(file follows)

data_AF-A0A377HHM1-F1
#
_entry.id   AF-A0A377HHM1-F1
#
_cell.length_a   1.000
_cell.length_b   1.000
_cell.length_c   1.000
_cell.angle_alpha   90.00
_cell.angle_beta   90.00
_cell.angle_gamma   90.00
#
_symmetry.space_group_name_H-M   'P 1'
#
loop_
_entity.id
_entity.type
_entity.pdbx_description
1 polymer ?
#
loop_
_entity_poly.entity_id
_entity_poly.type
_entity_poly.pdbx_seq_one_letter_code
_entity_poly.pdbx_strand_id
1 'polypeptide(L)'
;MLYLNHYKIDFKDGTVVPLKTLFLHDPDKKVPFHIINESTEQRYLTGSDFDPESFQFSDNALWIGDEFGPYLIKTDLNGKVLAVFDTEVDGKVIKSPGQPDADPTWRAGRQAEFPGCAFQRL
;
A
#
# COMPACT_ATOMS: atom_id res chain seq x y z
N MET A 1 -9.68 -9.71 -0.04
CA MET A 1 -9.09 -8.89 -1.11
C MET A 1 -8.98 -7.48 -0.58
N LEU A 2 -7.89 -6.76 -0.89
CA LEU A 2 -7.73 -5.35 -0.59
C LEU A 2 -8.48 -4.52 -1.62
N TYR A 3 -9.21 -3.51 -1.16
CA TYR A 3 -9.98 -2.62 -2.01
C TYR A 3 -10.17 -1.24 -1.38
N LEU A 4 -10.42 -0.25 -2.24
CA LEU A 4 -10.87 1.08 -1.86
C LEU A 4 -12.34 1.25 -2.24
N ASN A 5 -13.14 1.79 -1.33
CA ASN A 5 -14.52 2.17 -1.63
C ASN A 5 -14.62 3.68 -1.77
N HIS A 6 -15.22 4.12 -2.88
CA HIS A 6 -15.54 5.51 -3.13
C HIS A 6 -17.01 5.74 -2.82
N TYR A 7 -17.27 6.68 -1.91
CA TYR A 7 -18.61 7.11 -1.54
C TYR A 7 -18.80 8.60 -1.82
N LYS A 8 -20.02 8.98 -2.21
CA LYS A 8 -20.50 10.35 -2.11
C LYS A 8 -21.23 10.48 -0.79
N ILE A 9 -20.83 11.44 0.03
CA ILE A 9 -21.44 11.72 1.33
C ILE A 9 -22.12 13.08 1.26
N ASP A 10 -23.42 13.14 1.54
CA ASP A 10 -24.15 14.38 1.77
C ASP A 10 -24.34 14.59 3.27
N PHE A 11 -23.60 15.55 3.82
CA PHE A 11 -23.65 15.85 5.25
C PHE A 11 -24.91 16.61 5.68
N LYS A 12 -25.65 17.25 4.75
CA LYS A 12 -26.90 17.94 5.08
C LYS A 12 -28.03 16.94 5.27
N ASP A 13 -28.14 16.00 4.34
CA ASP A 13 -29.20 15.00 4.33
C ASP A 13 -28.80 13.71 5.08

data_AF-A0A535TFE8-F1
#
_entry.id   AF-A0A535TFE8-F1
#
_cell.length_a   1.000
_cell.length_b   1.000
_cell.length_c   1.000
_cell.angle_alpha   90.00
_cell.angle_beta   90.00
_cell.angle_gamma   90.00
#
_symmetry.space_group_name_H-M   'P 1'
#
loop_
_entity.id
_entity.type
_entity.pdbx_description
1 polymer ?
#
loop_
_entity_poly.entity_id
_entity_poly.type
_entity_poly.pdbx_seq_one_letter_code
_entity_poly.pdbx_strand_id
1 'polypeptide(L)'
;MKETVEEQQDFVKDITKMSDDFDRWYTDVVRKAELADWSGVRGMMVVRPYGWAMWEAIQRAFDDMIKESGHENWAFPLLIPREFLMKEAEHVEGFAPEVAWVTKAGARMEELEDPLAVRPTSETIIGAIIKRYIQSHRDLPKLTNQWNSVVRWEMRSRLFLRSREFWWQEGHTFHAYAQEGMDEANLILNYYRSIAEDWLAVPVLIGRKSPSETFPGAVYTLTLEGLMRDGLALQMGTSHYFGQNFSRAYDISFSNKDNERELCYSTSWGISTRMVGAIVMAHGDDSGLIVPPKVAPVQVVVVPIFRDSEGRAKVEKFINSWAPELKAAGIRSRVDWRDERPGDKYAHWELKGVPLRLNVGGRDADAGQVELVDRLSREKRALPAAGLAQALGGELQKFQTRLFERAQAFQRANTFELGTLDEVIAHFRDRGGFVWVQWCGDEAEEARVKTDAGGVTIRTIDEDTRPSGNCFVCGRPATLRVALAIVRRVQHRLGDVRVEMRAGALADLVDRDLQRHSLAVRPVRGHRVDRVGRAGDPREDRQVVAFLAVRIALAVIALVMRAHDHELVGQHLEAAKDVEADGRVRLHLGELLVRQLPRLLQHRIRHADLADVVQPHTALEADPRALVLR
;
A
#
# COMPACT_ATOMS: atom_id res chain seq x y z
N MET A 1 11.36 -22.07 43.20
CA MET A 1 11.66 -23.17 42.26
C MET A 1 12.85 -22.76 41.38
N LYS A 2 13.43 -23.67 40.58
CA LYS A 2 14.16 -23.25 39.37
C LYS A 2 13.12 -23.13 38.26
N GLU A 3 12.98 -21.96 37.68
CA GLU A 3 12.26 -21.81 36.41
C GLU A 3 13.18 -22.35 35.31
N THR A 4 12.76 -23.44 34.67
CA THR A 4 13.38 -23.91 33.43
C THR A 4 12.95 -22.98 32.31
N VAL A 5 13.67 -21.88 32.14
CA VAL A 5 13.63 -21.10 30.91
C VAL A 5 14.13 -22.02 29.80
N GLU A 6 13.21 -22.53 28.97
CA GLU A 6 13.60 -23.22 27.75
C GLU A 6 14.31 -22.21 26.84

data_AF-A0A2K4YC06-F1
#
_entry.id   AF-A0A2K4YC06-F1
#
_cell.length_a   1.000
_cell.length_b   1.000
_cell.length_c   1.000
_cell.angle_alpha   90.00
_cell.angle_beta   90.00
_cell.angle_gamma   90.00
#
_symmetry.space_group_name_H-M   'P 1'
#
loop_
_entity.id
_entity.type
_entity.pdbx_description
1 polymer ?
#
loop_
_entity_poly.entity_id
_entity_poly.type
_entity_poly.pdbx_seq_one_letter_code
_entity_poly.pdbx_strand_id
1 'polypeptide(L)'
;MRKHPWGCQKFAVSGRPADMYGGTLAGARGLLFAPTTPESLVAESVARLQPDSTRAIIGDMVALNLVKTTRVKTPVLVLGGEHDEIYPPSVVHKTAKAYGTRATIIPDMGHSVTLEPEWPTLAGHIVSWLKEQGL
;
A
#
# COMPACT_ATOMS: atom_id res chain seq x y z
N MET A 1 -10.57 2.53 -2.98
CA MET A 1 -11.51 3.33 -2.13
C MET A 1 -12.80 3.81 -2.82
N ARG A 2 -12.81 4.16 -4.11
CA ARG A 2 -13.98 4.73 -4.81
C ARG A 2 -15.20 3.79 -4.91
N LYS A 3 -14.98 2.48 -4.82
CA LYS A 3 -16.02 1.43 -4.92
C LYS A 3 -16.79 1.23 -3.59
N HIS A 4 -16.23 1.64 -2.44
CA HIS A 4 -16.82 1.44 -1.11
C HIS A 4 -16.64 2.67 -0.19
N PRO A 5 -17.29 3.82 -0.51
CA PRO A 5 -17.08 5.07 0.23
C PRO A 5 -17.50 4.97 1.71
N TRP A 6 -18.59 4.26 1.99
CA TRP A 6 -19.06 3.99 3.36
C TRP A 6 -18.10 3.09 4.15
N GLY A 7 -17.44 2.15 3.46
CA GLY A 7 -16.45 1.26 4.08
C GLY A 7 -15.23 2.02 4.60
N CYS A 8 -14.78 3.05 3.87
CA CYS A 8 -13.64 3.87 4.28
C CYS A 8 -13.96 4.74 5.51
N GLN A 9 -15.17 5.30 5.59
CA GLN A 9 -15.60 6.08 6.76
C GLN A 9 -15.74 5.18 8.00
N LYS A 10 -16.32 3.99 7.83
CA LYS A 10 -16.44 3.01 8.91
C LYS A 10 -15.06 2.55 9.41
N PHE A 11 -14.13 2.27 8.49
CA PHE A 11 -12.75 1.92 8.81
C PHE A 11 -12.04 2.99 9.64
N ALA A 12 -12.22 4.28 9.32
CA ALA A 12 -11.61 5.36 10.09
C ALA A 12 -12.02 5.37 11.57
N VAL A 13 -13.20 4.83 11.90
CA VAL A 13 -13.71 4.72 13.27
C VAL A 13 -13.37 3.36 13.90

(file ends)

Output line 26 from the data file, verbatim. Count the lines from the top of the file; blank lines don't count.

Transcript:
;MLYLNHYKIDFKDGTVVPLKTLFLHDPDKKVPFHIINESTEQRYLTGSDFDPESFQFSDNALWIGDEFGPYLIKTDLNGKVLAVFDTEVDGKVIKSPGQPDADPTWRAGRQAEFPGCAFQRL